Walter Pfeiffer learned to swim at four years of age and went on to swim in college. He returned to competitive swimming at the age of 55 and has competed in seven age groups (55-59 thru 85-89) and has set 31 FINA Masters World Records.
Rita Simonton learned to swim in the 1920’s. After raising her children she was reintroduced to swimming through a masters program in Long Beach California. Rita has been swimming for over 30 years in Masters swimming, competing in seven age groups (50-54 thru 80 – 84). Mainly a freestyle swimmer, she has accumulated 35 FINA Masters World Records (all in free except 4 each in breast and I.M.).
Since first joining a YMCA program as a youngster,William Specht has been involved in competitive swimming his entire life. After graduating from Princeton he moved to New York, where he joined the New York Athletic Club, eventually moving into masters competition in 1988, He has competed in four age groups since joining the masters program (30 – 34 thru 45 – 49). Specht has held world rankings in backstroke, butterfly and freestyle events and has held 12 FINA Masters world records.
Dr. Floyd “Dal” Stauffer began diving Masters in 1975 in the 50-55 age group and continued for 26 years. He traveled to more than 15 countries competing and promoting Masters diving. In nine FINA Masters World Championships competitions, starting in the 65-69 age group, he won 6 gold, 3 silver medals in 1 meter, 7 gold, 2 silver medals in 3 meter and 7 gold, 2 silver medals in the 10 meter. He competed against strong competition, as a doctor provided medical advice at competitions, created the Masters Diving Decathlon, sponsored divers from other countries to attend meets and has been an exemplary sportsman in venues all over the world.
Lavelle Stoinoff Lavelle tried out for the 1952 Olympic swimming team, retired from swimming, went to college and raised a family. At 39, seeing her daughter swim, she decided to jump back in, joining a Masters Swimming tem in 1977. She set her first FINA Masters World Record in 1983 and has set a total of 36 since, many in distance freestyle events. She has competed in 6 age groups: (40-44 thru 65-69).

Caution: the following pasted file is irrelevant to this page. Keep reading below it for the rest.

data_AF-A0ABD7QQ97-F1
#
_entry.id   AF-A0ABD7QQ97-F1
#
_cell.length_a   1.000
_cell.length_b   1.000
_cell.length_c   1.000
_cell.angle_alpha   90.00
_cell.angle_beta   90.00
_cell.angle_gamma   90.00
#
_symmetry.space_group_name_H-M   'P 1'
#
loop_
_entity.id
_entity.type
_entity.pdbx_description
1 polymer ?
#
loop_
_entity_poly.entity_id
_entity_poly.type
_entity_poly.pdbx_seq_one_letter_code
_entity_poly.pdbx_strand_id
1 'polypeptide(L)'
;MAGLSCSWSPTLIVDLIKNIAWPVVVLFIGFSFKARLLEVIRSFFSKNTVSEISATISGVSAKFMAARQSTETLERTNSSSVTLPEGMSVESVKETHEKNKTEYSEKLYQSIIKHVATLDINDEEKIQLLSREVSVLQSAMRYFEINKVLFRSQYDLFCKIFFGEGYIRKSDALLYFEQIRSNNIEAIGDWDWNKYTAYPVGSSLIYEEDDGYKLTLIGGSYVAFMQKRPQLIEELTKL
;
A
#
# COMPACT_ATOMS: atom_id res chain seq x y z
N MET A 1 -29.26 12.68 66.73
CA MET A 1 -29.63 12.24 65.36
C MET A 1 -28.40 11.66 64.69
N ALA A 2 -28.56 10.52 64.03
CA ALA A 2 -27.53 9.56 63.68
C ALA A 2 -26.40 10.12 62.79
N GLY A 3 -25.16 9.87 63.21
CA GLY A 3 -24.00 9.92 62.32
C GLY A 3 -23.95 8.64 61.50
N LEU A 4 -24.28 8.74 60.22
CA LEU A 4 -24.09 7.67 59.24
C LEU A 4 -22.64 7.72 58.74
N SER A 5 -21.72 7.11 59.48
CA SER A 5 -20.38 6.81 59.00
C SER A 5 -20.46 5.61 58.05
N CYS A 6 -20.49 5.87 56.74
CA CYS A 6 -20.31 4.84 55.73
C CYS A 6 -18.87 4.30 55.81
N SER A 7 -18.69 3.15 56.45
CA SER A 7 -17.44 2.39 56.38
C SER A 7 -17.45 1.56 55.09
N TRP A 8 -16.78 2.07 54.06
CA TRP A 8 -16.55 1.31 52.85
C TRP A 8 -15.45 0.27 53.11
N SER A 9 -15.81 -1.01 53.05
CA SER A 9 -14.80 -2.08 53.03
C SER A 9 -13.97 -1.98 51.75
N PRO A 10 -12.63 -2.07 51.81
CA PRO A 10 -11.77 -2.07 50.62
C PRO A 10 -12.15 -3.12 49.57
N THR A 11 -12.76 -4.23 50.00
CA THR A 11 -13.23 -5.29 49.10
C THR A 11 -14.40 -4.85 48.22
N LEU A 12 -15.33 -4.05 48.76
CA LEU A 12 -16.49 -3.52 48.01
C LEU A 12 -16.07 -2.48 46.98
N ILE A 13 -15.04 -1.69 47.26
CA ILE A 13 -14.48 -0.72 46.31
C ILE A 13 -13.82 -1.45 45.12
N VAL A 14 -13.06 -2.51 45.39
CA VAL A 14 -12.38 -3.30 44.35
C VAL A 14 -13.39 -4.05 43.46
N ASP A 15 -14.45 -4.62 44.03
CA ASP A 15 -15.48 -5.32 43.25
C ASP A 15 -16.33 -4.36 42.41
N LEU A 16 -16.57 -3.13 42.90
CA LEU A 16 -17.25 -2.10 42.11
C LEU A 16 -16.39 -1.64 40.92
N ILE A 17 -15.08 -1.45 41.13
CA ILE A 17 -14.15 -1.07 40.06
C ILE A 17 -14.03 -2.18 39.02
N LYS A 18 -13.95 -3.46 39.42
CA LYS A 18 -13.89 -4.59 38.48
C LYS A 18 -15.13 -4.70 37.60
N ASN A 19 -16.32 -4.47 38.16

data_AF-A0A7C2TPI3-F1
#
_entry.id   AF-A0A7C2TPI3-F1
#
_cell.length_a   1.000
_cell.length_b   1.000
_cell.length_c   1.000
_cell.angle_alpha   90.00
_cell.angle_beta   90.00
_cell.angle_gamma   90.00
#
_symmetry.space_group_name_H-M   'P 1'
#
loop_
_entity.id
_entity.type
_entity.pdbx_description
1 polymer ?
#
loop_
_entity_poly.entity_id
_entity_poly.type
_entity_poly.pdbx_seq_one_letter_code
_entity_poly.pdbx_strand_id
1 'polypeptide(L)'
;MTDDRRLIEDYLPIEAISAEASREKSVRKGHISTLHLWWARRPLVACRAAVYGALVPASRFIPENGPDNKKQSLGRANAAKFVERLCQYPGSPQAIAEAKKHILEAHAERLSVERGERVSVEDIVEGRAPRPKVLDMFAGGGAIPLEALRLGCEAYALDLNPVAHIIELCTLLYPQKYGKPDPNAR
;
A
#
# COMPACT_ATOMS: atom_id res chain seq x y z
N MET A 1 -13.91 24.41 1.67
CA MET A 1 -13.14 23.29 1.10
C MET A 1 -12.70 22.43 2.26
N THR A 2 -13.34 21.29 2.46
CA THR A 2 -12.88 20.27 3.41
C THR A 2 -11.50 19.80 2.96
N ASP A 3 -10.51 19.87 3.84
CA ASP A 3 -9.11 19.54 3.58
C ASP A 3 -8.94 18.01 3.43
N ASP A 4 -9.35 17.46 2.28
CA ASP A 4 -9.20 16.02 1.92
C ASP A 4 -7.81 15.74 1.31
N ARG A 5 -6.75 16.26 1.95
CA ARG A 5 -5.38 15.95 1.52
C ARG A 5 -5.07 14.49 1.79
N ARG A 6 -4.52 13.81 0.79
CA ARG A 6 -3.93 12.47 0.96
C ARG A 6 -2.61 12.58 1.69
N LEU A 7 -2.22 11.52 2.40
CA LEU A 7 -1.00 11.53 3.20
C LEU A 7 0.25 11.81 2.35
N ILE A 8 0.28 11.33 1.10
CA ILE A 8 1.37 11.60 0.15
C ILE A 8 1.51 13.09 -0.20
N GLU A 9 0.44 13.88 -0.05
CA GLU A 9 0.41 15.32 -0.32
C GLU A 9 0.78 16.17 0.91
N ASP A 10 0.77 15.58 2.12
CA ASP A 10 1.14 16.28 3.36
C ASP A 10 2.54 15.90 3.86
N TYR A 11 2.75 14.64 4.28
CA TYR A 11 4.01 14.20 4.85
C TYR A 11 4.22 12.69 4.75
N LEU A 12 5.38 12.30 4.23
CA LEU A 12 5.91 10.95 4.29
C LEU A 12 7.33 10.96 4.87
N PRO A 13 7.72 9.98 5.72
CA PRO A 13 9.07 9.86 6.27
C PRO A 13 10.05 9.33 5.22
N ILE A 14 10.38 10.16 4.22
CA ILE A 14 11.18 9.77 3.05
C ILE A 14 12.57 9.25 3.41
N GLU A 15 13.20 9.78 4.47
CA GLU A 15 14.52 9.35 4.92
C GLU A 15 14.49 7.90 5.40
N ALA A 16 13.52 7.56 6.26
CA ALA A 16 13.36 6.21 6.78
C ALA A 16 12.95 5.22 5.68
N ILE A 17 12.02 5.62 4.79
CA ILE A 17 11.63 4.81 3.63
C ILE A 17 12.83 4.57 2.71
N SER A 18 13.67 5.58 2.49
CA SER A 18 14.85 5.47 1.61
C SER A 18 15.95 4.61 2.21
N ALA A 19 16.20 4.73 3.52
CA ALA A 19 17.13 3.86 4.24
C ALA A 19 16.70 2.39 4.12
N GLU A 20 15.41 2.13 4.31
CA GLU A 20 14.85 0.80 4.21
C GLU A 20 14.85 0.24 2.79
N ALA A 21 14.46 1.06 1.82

From its U.S. inception in 1975 Nancy has competed every U.S. Masters National Championship but six, for a total of 25 competitions. She won gold medals in 21 solo competitions and silver medals in the other 4 competitions. In 9 Masters World Championship competitions, she has won the solo gold medal seven times and the figure gold five times. She competes and wins in all of the figures, solo, duet and team events. In 1975, when no established rules existed for Masters Synchronized, she helped develop and write rules that were accepted into the U.S. AAU Synchronized Swimming rulebook. She has been a Synchronized Swimming judge for over 25 years.
The dinner and induction ceremony was attended by over 250 people. Family and friends of the inductees, as well as many aquatic athletes who were in Palo Alto to compete at the World Championships enjoyed a spectacular evening showcasing some of the World’s greatest masters swimmers, divers and synchronized swimmers.
For additional information, call Meg Keller at (954) 474-7010 at the International Swimming Hall of Fame.